20th Century

Perhaps we are too close to the close of the twentieth century for us to have any meaningful way of encapsulating it. Perhaps we see too much of the twentieth century in our present day for us to know what to say. In thinking about that century, we realize the problems of periodization. Here are possible ways we could define it:

  • The era of World War
  • The era of Communism vs. Capitalism
  • The end of Reason
  • The end of God
  • The end of Science
  • The birth of the internet
  • The birth of the airplane
  • The decline of oil
  • The rise of environmentalism
  • The birth of the UN and attendant declarations such as the 1948 Declaration of Universal Human Rights
  • The birth of the World Bank
  • The rise of feminism and the civil rights movement.
  • Global decolonization
  • The century of genocide

All of these, and more, are possible definitions. If we were to choose one, what else would be omitted? What would we be saying about our present day? For example, if we said it was the era of decolonization (which is true), are we also claiming that we live in a postcolonial world? Given that we thinking of colonization as wrong, is a post-colonial world a better world, necessarily?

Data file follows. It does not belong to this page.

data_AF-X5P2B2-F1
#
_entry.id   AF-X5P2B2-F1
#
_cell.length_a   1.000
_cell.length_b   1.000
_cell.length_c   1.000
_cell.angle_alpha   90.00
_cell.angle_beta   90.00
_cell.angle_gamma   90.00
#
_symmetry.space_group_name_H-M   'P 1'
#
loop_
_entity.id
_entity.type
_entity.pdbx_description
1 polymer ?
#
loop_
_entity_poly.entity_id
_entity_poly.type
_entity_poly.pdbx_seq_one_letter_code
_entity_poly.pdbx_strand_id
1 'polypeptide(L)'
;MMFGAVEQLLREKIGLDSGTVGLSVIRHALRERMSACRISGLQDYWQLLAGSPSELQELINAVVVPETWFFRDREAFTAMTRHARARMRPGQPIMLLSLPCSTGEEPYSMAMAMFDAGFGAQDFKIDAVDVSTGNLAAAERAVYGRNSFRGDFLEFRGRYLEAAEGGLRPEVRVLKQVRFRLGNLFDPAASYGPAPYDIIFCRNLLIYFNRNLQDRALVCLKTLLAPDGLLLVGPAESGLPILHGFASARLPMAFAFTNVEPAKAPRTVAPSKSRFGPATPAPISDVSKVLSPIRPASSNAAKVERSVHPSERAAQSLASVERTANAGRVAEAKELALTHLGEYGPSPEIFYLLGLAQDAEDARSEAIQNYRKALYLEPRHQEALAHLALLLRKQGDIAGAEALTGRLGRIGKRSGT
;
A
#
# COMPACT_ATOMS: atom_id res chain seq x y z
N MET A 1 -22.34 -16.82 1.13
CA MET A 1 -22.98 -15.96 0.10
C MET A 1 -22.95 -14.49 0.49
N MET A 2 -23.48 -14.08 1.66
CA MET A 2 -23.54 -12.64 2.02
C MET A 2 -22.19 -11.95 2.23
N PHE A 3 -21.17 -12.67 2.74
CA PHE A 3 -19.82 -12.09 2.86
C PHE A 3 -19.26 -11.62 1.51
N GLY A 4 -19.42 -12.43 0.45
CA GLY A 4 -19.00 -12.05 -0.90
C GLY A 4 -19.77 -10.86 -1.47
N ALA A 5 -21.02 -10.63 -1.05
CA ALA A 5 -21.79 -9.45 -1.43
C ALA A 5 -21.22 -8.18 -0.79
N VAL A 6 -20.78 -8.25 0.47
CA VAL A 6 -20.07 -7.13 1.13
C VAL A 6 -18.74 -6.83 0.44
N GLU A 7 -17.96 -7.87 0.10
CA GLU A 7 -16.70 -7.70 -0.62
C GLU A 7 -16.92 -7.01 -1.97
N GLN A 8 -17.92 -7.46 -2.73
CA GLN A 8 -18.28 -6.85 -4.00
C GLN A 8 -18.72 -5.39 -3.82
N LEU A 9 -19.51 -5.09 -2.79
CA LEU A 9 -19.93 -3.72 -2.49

The extract of Alain Resnais’ beautiful Hiroshima Mon Amour addresses some of the fundamental questions thinkers about the twentieth century have come to face. The film opens with two lovers intertwined. The intimacy they share is juxtaposed with their disparate narrations of what happened at Hiroshima. One relies up personal experience to know what happened; the other relies upon the museum. What does this tell us about the institution of the museum (a nineteenth century invention, by the way)?


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